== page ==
Lab JR5 quickie benchmarks

I’ve seen some clustered file system results a few months ago where the vendor was happy to sustain something like 1.4 GB/s during their IO operations, and called this good. Something like 60 disks. Lustre, and some other bits.
Their approach (and most people’s approach) in this space is to start with a bunch of demonstratably slow servers/disks, and aggregate them. Which eventually gets you to the performance you are looking for, albeit with low performance density, large expenditure of capital, large investment in space/power/cooling.
There is a benefit … a profound and unassailable benefit … to better performance. Not simply as an enabling technology (though it is that), but as a mechanism of cost reduction. If you can do the same job in less power, less footprint, and therefore less acquisition and operational cost, why would you even consider alternatives ?
So we’ve built an in-lab JR5 machine for us and our customers to use for testing.
Very quick tests, in a non-optimal, non-tuned configuration, using our previous generation RAID (newer ones are significantly faster), we are seeing streaming writes of 2.3 GB/s and streaming reads of 3 GB/s, for 192GB of data. The unit has 24 GB ram.

[root@jr5-lab ~]# fio sw.fio
Run status group 0 (all jobs):
  WRITE: io=192GB, aggrb=2,295MB/s, minb=2,351MB/s, maxb=2,351MB/s, mint=85611msec, maxt=85611msec
[root@jr5-lab ~]# fio sr.fio
Run status group 0 (all jobs):
   READ: io=192GB, aggrb=3,013MB/s, minb=3,086MB/s, maxb=3,086MB/s, mint=65213msec, maxt=65213msec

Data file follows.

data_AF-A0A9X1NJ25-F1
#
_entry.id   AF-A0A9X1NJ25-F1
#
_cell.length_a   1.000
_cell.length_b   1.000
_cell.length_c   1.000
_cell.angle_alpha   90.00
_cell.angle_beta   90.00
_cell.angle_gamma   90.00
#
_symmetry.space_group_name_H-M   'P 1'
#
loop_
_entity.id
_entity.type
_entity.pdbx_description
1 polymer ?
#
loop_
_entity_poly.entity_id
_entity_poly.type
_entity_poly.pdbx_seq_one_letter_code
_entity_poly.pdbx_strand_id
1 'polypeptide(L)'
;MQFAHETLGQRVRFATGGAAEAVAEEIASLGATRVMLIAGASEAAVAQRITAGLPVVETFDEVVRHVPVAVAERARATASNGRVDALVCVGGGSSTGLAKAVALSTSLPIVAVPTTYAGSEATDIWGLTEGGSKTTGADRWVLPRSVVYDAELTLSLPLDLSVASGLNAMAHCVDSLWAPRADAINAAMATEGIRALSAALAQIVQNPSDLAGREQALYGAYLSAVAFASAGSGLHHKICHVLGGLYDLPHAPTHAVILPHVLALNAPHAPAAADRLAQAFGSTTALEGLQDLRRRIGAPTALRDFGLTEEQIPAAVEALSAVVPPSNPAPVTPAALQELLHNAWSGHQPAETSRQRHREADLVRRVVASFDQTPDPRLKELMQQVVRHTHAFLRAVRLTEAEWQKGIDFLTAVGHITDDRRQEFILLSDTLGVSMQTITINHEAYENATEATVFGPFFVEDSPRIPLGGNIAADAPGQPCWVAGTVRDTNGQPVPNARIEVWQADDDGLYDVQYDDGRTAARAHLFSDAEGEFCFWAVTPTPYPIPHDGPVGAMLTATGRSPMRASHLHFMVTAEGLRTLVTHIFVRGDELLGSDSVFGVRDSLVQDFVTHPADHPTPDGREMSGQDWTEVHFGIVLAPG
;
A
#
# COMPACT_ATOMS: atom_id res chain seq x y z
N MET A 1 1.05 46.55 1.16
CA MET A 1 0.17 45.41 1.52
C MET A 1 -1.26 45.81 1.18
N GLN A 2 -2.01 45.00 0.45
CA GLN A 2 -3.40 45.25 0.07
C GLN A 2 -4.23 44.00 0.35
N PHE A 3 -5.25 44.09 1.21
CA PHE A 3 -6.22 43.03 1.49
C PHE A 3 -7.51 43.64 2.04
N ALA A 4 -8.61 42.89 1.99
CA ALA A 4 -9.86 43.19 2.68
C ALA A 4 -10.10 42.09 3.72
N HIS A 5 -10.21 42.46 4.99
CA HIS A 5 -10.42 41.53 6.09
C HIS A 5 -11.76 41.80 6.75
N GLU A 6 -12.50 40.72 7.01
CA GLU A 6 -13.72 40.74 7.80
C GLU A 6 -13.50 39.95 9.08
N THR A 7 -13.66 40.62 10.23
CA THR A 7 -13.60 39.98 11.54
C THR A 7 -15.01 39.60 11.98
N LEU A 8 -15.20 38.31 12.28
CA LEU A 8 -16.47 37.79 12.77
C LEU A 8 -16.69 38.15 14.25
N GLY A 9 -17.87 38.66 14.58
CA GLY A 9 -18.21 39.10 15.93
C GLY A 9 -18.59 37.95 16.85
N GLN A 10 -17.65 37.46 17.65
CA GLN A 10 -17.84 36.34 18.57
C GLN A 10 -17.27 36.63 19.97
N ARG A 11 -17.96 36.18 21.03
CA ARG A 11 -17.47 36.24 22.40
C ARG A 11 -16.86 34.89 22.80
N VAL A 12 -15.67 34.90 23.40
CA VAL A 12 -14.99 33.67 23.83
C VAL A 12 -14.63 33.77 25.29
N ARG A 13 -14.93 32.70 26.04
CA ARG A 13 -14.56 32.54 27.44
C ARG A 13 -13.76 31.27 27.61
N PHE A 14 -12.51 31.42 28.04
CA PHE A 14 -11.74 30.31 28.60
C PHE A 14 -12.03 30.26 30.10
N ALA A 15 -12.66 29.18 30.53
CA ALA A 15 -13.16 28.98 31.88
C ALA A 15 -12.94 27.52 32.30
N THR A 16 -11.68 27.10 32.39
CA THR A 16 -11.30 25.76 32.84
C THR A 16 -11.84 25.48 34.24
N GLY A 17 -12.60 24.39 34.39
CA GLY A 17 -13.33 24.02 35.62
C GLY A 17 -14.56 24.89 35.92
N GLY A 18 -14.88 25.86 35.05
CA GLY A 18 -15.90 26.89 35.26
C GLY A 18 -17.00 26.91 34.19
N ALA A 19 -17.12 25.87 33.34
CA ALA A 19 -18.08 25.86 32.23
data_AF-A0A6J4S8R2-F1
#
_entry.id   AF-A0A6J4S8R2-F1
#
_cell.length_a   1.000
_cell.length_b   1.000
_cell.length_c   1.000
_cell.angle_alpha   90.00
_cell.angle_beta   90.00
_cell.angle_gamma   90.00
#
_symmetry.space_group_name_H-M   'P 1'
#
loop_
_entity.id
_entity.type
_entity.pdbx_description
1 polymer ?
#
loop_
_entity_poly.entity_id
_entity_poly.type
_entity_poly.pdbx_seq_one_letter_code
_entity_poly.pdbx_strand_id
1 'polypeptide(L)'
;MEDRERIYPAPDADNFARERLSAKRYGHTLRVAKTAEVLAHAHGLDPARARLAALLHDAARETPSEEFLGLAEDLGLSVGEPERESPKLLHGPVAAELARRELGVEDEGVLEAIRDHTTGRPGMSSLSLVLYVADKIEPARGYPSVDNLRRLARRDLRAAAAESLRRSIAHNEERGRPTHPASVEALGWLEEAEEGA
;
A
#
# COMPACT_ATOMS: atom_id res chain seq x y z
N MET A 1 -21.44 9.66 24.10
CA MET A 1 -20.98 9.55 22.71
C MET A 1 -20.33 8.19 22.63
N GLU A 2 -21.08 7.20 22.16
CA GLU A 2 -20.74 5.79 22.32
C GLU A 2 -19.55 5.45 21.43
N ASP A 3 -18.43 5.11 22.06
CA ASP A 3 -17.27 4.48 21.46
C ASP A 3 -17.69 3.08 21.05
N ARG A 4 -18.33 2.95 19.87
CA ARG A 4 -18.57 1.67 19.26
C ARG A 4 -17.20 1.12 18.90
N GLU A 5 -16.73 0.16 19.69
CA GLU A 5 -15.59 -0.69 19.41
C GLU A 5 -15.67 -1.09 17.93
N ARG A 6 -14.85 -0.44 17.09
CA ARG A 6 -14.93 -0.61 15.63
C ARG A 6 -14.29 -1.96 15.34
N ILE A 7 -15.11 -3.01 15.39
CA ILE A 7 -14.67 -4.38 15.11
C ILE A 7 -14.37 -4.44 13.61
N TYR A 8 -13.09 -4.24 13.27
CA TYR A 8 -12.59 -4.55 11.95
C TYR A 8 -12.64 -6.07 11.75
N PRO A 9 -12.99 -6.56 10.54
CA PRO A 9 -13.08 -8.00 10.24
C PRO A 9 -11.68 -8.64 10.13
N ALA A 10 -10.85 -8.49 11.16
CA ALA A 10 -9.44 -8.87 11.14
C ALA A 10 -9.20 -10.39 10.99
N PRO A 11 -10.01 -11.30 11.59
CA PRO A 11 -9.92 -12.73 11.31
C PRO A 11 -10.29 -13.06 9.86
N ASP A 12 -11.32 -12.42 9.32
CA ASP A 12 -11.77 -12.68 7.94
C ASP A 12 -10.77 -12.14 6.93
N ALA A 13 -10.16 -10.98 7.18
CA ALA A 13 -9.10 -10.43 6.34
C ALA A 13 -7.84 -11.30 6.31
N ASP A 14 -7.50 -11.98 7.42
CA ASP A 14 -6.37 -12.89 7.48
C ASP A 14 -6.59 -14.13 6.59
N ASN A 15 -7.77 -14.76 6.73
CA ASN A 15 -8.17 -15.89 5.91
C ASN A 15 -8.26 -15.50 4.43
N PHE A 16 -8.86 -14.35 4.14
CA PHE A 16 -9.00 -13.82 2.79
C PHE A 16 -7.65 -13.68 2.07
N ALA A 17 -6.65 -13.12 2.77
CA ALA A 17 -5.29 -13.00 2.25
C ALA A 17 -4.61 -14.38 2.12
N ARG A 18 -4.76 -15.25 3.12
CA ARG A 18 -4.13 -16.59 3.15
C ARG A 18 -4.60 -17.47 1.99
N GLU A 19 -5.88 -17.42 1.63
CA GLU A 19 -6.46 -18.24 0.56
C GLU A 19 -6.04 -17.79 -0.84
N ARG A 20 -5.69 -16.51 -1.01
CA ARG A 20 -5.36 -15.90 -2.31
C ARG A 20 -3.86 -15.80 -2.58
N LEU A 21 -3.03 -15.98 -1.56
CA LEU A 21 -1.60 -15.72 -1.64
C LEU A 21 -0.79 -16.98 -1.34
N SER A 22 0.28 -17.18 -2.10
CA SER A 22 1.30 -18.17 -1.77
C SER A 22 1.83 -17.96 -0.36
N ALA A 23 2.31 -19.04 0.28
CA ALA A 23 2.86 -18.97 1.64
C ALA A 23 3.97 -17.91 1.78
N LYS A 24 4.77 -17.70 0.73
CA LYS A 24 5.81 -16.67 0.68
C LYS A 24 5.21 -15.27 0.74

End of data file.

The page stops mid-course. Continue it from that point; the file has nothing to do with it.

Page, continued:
I can’t emphasize enough, that this is a single box, these are RAID6’s in a reasonable configuration (we’ve seen youtube videos and read reports of people using 48-72 drives in a JBOD or in RAID0 to meet/beat these numbers, but we aren’t interested in artificial and unlikely to ever be used scenarios … only realistic drive aggregations need apply).
The hardest thing we’ve had to deal with has been FUD from other vendors, the ones reading off vendor spec sheets. Way back in the Sun Thumper/Thor days, we regularly heard of 3 GB/s being thrown at us as competitive. We’d have to pry their use case out, and then get it tested. It was never … ever … even remotely close to 3 GB/s. That was a marketing number. Real world numbers people experienced were 300-600 MB/s in their best case.
While SSD/Flash and other tools such as RAM drives are becoming more visible, we are certainly pleased that this unit represents one of the fastest measured spinning rust based storage systems, with some of the highest performance density possible per rack. Of course, we do have Flash and SSD based units, but it will be a while before those are as economical as this unit is, or even providing similar storage density.
We will re-run with our new generation of RAID fairly soon.